There were a few key moments to talk about which underscore the great offensive day the Bengals had, or the bad defensive day the Patriots had, depending upon your point of view.

The Patriots were not able to blitz Palmer at all, and never sacked Palmer in the entire game. On one play in the second quarter, facing third and 12 at the Bengal 29, Palmer found Houshmandzadeh for a 33-yard gain despite the Patriots sending seven men in on a blitz. The offensive line picked it up perfectly, and Gay had no chance trying to cover Houshmandzadeh one on one. In the second quarter, facing third and goal at the two, Ted Johnson blitzed up the middle, but Palmer slipped an easy touchdown pass to tight end Matt Schobel in the spot vacated by Johnson after Wilson got caught looking the wrong way.

If this were not enough, the Bengals were able to move the football despite a hail of penalties. Their last drive of the third quarter saw them move the ball from their own 46 to the Patriot 5. After a holding penalty on Braham, Kitna found Rudi Johnson for a left screen pass for 29 yards on first and 20. After Chad Johnson was called for a pushoff on Brown, the Bengals had second and 20 at the Patriot 27. Kitna merely flipped two 11-yard tosses to Houshmandzadeh for a first and goal at the five. The drive ended in a Brown interception, but it showed how easily the Bengals could move the football on the Patriots.

Special teams also laid an egg. In the third quarter, facing fourth and six at the Patriot 11, Shayne Graham lined up for a 24-yard field goal attempt. Brad Seely overloaded the right side of the line, so punter/holder Kyle Larson picked up the snap and ran left. Larson walked in practically untouched for an 11-yard touchdown run as Bill Belichick seethed in disgust on the sideline.

So, how did the Patriots manage to win?

The three turnovers (in addition to the two picks, Rudi Johnson lost a fumble at the Patriot 12 on the opening drive, killing off a possible Bengal touchdown and the first time in 18 games that the Patriots would not have scored first) are the chief culprits in the Bengals coming up short. But Tom Brady will go down as the unsung hero in this game for the Patriots, as he managed to outpass both Palmer and Kitna.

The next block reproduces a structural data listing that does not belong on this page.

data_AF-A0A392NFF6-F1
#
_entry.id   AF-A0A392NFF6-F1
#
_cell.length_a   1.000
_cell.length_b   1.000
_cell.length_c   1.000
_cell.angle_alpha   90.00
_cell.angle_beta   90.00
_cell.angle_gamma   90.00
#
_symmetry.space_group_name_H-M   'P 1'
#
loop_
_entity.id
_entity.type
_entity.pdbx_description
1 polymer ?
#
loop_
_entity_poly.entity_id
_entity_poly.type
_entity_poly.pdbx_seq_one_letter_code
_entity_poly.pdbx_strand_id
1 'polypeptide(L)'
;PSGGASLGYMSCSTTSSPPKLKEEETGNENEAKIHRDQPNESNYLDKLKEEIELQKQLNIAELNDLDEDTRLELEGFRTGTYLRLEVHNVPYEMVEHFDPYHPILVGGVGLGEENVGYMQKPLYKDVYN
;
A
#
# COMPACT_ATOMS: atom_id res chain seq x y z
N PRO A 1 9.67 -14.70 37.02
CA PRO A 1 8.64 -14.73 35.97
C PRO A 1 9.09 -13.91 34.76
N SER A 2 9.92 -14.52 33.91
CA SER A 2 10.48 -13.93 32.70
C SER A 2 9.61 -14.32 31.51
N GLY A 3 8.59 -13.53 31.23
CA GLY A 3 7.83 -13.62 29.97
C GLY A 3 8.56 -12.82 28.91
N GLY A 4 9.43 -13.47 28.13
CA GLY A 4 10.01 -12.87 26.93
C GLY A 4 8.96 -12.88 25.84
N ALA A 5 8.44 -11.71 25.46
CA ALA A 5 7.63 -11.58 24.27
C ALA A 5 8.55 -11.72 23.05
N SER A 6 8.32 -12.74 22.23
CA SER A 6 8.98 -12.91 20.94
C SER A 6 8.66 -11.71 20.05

Brady riddled the suspect Bengal secondary for 260 yards on 18 of 26 passing, two touchdowns, and most important, no interceptions. His main target was David Patten, who caught five passes for 107 yards and a 48-yard touchdown bomb where Tory James, the NFL interception leader, could not cover him one on one on a deep post pattern. Brady's quarterback rating was 127.1, higher than either Bengal quarterback (had Palmer not suffered the one pick, his rating would have turned out only .3 better than Brady).

Brady's numbers would have been better but for some weird play calling at times by future Notre Dame head coach Charlie Weis. The Patriots suffered two three-and-outs on successive drives in the third and fourth quarter, calling for passes when the situation screamed for Dillon runs, then trying to pass on second and three at their own 10. The following fourth quarter drive had a puzzling finish; facing fourth and one at the Bengal 40, the Patriots tried a fake punt with Larry Izzo moving up under center to take the snap, but nobody blocked Duane Clemons and he stuffed Izzo for no gain.

This is another case where a win is a win and the Patriots will take it. But lots of people loyal to the Patriots have to be pulling for the swift return of Law and Poole.

And that Cincinnati takes its sweet time in getting that defense in place.